RECIPE WEDNESDAY: Gumbo Soup As Made in New Orleans in 1850

Gumbo Soup As Made in New Orleans in 1850

(Transcribed from The Democrat, Huntsville, Alabama Sept 12, 1850)

Take a fowl of good size, cut it up, season it with salt and pepper and dredge it with flour. Put into the soup kettle 1 tablespoonful of lard, 1 of butter, 1 onion chopped fine. Next fry the fowl till well browned, must simmer for 2 hours.

Then put in 30 oysters, a handful of chopped okra, a very little thyme, and let it simmer half an hour more. Just before serving up, add a half tablespoon of feelee powder. (Feelee powder is the powdered leaves of sassafras)  Soups must simmer not boil.

If made a day before and the grease skimmed off when cool, this soup may be taken with impunity by dyspeptics. (VICTOR Pendleton, July 30, 1850)

For more fun old-fashioned cooking tips and old recipes, check out  VINEGAR OF THE FOUR THIEVES: Recipes & curious tips from the past –  


Vinegar of the Four Thieves: Recipes & Curious Tips from the Past (Paperback)

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About Donna R Causey

Donna R. Causey, resident of Alabama, was a teacher in the public school system for twenty years. When she retired, Donna found time to focus on her lifetime passion for historical writing. She developed the websites www.alabamapioneers and All her books can be purchased at and Barnes & Noble. She has authored numerous genealogy books. RIBBON OF LOVE: A Novel Of Colonial America (TAPESTRY OF LOVE) is her first novel in the Tapestry of Love about her family where she uses actual characters, facts, dates and places to create a story about life as it might have happened in colonial Virginia. Faith and Courage: Tapestry of Love (Volume 2) is the second book and the third FreeHearts: A Novel of Colonial America (Book 3 in the Tapestry of Love Series) Discordance: The Cottinghams (Volume 1) is the continuation of the story. . For a complete list of books, visit Donna R Causey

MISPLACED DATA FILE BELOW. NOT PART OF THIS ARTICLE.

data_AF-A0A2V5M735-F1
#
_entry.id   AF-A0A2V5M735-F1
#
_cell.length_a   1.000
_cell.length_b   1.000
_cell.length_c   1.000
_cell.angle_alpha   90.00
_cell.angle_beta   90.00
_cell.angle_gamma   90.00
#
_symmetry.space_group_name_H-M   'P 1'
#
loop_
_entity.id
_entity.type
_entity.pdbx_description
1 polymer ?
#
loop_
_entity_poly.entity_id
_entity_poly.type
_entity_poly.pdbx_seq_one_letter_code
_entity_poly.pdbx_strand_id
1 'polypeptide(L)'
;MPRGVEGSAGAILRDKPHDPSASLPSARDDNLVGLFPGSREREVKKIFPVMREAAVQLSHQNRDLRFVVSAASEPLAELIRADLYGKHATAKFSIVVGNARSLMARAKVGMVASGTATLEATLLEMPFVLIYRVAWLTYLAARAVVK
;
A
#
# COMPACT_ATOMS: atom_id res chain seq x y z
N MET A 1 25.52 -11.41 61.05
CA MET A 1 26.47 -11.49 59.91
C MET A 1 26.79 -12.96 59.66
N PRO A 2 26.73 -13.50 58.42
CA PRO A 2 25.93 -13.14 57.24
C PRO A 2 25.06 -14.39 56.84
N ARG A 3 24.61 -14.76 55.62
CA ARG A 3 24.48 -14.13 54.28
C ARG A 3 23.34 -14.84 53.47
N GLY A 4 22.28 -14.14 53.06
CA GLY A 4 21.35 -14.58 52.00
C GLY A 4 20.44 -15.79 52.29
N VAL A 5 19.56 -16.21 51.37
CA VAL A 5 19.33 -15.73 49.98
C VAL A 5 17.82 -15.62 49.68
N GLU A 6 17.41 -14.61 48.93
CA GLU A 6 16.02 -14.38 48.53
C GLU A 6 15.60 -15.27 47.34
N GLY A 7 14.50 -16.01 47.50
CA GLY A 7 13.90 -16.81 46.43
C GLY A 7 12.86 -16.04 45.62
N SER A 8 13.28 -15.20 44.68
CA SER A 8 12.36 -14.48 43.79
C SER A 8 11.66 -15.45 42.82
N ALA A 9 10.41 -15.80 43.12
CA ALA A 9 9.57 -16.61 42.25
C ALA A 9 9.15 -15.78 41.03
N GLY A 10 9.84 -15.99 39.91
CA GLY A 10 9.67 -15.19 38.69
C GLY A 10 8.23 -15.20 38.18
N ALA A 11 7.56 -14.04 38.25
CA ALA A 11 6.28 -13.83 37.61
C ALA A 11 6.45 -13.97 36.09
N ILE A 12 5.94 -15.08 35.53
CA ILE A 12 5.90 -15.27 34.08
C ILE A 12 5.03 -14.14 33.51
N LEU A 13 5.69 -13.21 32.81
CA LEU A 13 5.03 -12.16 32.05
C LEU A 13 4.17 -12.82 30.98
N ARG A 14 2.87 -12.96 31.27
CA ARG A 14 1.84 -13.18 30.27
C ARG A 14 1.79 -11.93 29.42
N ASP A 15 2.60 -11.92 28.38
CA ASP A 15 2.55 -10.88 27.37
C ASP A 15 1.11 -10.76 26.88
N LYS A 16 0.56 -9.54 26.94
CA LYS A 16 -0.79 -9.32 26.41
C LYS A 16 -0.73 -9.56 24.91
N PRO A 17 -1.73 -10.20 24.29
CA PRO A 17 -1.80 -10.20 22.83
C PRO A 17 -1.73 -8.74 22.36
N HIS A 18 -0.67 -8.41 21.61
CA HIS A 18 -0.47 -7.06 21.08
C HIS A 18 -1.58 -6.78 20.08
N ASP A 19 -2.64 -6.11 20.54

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  1. Jane DeNeefe

    That sounds like terrible gumbo.

  2. Robert Ross

    I saw it done like this, even using a wood stove on one of the “Cajun Gardner” videos on U Tube. I’ll stick to my recipe, thanks.

  3. Carole Bowles Hart Revelle

    OMG! Yuck! Okra and oysters in the same dish.

  4. Maurine Turner Taylor

    Sounds like a cross between a chicken stew and a gumbo. Yuck!

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